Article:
“The fire commenced in the Magnolia Saloon, situated near the west end of town, and surrounded by wooden buildings that would ignite and burn as readily as so many hay stacks. The Magnolia was used as a fandango House and was tenanted by some disreputable Mexican women at the time, one of whom is suspected, acted the incendiary, in revenge for some harsh treatment she had received.The miners weren’t going anywhere as long as the placers were still producing, and if the miners were staying, so were the businessmen. The town was rebuilt as quickly as possible, and many took a lesson from the fire and rebuilt with brick or stone. It proved to be well they did, as another two serious fires would hit the town before the turn of the century. In June of 1874, practically all of the business section of town was once again burned to the ground, the only buildings surviving being those of fire-proof construction. This fire originated in Doyle’s fruit store, and when it was finally contained the flames had destroyed about thirty buildings. By this time the placer mines were long since exhausted and as there was little interest in rebuilding what had been lost, the camp never regained its boomtown appearance. The last great fire began on a hot afternoon in July of 1893, when smoke was discovered coming from a warehouse located behind the Manuel-Garland store. Moments later, five-gallon cans of kerosene stored inside began to explode and people rushed to try and put out the fire, until a cry went out that black powder was also in the building. Citizens scattered as the powder exploded, sending burning shingles high into the air, which then set fire to the surrounding buildings. The block to the east was totally destroyed, except for the stone Wells Fargo office. Luckily, no one was injured by the explosion or fire.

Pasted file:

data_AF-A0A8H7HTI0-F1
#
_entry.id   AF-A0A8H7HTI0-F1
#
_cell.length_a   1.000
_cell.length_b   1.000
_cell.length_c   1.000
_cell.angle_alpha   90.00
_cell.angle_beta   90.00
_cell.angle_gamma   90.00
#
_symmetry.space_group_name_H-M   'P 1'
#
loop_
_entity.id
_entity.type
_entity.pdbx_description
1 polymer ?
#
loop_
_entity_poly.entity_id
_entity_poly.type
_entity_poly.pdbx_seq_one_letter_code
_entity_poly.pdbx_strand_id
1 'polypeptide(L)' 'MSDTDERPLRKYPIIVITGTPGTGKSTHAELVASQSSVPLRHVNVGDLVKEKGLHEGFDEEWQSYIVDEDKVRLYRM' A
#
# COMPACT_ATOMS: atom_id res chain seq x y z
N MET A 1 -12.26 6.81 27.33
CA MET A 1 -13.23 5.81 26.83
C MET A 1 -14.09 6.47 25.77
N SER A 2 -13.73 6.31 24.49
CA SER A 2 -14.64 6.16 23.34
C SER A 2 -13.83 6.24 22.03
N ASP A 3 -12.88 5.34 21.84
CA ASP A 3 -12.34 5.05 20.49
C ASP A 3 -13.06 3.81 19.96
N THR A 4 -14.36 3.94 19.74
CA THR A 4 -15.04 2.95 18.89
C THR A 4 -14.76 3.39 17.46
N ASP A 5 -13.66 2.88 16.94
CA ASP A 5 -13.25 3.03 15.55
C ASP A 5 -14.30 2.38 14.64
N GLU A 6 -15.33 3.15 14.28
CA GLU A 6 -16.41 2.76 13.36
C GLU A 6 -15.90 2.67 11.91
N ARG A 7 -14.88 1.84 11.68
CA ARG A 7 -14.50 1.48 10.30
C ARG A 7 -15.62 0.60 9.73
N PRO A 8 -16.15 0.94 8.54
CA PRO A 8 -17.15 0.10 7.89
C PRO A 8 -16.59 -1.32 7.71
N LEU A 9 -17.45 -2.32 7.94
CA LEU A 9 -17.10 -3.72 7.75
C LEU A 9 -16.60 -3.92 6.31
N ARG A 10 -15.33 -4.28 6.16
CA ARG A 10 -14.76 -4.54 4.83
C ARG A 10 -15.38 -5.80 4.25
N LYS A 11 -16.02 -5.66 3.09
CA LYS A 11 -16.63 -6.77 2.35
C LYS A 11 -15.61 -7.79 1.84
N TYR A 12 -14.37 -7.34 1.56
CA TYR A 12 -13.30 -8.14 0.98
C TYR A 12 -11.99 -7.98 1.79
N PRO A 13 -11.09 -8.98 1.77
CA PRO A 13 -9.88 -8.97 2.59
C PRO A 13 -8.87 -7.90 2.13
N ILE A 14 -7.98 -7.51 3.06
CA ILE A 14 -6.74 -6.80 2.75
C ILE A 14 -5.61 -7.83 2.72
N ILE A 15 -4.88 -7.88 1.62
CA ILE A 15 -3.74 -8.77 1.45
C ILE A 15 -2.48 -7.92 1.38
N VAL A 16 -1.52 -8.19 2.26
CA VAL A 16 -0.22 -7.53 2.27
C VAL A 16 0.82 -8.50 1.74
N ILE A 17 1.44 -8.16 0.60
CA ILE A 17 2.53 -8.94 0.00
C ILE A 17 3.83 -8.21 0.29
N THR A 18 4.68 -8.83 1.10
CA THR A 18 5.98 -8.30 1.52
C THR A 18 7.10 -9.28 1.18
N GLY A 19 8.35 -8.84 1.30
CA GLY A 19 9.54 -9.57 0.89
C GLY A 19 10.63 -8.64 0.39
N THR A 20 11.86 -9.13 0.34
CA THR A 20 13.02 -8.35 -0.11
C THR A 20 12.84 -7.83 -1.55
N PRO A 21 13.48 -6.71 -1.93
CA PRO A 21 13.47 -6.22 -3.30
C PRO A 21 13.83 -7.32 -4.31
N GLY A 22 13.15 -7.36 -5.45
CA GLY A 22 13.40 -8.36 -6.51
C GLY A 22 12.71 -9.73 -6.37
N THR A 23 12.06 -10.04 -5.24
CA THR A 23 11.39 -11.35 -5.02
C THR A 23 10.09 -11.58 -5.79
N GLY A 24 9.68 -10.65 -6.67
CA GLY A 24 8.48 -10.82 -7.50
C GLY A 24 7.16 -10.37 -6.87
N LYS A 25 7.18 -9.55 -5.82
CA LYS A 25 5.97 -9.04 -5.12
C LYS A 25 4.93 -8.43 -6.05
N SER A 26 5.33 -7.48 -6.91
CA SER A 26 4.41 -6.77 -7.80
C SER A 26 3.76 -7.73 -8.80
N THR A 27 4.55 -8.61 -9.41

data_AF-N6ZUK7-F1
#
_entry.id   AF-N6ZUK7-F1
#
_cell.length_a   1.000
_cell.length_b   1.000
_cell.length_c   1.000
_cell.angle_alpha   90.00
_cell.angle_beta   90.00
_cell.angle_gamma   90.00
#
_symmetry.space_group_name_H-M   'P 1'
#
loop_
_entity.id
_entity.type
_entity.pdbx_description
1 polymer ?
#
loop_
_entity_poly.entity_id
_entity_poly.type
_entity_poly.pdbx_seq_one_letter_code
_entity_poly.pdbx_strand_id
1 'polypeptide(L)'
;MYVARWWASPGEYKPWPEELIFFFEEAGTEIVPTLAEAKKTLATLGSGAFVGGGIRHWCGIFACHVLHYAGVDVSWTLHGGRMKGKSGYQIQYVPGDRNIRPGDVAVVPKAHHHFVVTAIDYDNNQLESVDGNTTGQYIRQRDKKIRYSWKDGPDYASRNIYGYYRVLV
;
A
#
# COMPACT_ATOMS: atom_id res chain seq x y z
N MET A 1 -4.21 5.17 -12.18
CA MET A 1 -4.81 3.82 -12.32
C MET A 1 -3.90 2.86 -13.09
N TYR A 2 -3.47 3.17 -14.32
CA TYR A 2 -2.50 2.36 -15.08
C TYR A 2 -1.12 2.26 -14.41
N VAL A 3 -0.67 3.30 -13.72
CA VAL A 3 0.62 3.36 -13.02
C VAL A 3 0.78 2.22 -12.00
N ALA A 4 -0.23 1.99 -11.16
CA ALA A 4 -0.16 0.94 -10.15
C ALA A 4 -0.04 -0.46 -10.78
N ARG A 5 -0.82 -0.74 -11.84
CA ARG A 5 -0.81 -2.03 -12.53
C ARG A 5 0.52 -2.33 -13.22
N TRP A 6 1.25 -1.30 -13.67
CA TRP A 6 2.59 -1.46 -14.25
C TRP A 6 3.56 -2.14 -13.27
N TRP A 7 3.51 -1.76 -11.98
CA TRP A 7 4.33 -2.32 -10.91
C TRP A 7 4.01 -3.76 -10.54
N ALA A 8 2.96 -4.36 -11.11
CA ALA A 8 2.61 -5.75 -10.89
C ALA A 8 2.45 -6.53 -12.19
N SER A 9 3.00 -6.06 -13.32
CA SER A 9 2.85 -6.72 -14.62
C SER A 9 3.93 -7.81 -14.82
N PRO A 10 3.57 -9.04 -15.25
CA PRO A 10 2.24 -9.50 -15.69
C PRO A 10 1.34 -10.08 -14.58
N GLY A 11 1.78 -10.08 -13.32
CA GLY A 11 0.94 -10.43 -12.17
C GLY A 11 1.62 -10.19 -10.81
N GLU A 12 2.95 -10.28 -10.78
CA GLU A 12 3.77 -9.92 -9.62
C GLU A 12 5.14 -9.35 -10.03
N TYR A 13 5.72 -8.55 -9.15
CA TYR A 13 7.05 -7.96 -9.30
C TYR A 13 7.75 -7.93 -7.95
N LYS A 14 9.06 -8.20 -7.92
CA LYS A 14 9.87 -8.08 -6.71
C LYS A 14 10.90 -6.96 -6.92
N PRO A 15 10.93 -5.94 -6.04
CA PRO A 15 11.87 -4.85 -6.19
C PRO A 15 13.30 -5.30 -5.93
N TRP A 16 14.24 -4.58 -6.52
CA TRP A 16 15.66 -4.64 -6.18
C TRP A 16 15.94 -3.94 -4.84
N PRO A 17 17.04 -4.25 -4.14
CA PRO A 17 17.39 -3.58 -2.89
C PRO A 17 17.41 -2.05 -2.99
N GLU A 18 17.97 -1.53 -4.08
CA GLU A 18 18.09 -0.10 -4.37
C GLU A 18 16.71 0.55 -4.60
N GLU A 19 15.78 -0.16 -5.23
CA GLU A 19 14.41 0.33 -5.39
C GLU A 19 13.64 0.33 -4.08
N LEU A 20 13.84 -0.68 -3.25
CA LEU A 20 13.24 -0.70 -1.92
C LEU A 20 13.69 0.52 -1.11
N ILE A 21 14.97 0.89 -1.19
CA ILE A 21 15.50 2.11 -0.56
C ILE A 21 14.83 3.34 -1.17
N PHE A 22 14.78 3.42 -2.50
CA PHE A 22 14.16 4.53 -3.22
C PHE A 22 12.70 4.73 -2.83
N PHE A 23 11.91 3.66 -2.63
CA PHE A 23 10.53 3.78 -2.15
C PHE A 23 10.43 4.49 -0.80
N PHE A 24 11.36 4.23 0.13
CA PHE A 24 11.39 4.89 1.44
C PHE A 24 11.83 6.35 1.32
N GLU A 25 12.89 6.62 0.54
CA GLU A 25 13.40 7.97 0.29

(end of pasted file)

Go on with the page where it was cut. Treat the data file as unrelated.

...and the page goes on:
The entire business part of town with the exception of Traver’s store, Renaud & Met’s bakery and a building opposite the latter, occupied as a retail liquor establishment, was swept away in less than forty minutes. In fifteen minutes from the discovery of the fire, over thirty houses were in flames. So rapid was the communication that no time was allowed to save personable movables. The total loss foots up about $100,000.”